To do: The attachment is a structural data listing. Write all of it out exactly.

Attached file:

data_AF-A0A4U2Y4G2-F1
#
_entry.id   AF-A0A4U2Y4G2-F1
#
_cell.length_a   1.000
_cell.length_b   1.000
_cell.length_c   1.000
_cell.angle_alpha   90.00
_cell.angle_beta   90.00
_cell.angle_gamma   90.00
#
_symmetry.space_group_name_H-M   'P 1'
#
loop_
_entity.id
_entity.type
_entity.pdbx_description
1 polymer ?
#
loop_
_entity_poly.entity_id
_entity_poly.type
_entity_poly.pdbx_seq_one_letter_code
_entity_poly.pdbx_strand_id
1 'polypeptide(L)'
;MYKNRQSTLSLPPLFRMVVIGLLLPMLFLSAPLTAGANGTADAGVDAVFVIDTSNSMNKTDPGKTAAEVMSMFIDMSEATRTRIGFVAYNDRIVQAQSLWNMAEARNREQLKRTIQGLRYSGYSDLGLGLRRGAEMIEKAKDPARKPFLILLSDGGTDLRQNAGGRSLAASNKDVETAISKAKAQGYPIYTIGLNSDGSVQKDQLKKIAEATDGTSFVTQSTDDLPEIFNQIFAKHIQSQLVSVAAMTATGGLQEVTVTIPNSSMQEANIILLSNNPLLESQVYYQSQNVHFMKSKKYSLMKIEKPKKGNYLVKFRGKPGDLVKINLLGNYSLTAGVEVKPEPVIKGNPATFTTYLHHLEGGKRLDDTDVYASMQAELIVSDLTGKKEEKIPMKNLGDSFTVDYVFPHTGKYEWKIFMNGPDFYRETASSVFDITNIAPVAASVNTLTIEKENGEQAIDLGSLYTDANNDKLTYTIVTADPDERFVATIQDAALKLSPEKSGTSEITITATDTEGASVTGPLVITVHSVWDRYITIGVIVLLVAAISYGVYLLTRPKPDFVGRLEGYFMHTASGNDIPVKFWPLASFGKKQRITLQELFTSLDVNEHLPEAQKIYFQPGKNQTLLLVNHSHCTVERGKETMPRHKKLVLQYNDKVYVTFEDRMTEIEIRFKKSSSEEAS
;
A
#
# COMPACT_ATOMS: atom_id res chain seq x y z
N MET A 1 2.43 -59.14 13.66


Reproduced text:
data_AF-A0A4U2Y4G2-F1
#
_entry.id   AF-A0A4U2Y4G2-F1
#
_cell.length_a   1.000
_cell.length_b   1.000
_cell.length_c   1.000
_cell.angle_alpha   90.00
_cell.angle_beta   90.00
_cell.angle_gamma   90.00
#
_symmetry.space_group_name_H-M   'P 1'
#
loop_
_entity.id
_entity.type
_entity.pdbx_description
1 polymer ?
#
loop_
_entity_poly.entity_id
_entity_poly.type
_entity_poly.pdbx_seq_one_letter_code
_entity_poly.pdbx_strand_id
1 'polypeptide(L)'
;MYKNRQSTLSLPPLFRMVVIGLLLPMLFLSAPLTAGANGTADAGVDAVFVIDTSNSMNKTDPGKTAAEVMSMFIDMSEATRTRIGFVAYNDRIVQAQSLWNMAEARNREQLKRTIQGLRYSGYSDLGLGLRRGAEMIEKAKDPARKPFLILLSDGGTDLRQNAGGRSLAASNKDVETAISKAKAQGYPIYTIGLNSDGSVQKDQLKKIAEATDGTSFVTQSTDDLPEIFNQIFAKHIQSQLVSVAAMTATGGLQEVTVTIPNSSMQEANIILLSNNPLLESQVYYQSQNVHFMKSKKYSLMKIEKPKKGNYLVKFRGKPGDLVKINLLGNYSLTAGVEVKPEPVIKGNPATFTTYLHHLEGGKRLDDTDVYASMQAELIVSDLTGKKEEKIPMKNLGDSFTVDYVFPHTGKYEWKIFMNGPDFYRETASSVFDITNIAPVAASVNTLTIEKENGEQAIDLGSLYTDANNDKLTYTIVTADPDERFVATIQDAALKLSPEKSGTSEITITATDTEGASVTGPLVITVHSVWDRYITIGVIVLLVAAISYGVYLLTRPKPDFVGRLEGYFMHTASGNDIPVKFWPLASFGKKQRITLQELFTSLDVNEHLPEAQKIYFQPGKNQTLLLVNHSHCTVERGKETMPRHKKLVLQYNDKVYVTFEDRMTEIEIRFKKSSSEEAS
;
A
#
# COMPACT_ATOMS: atom_id res chain seq x y z
N MET A 1 2.43 -59.14 13.66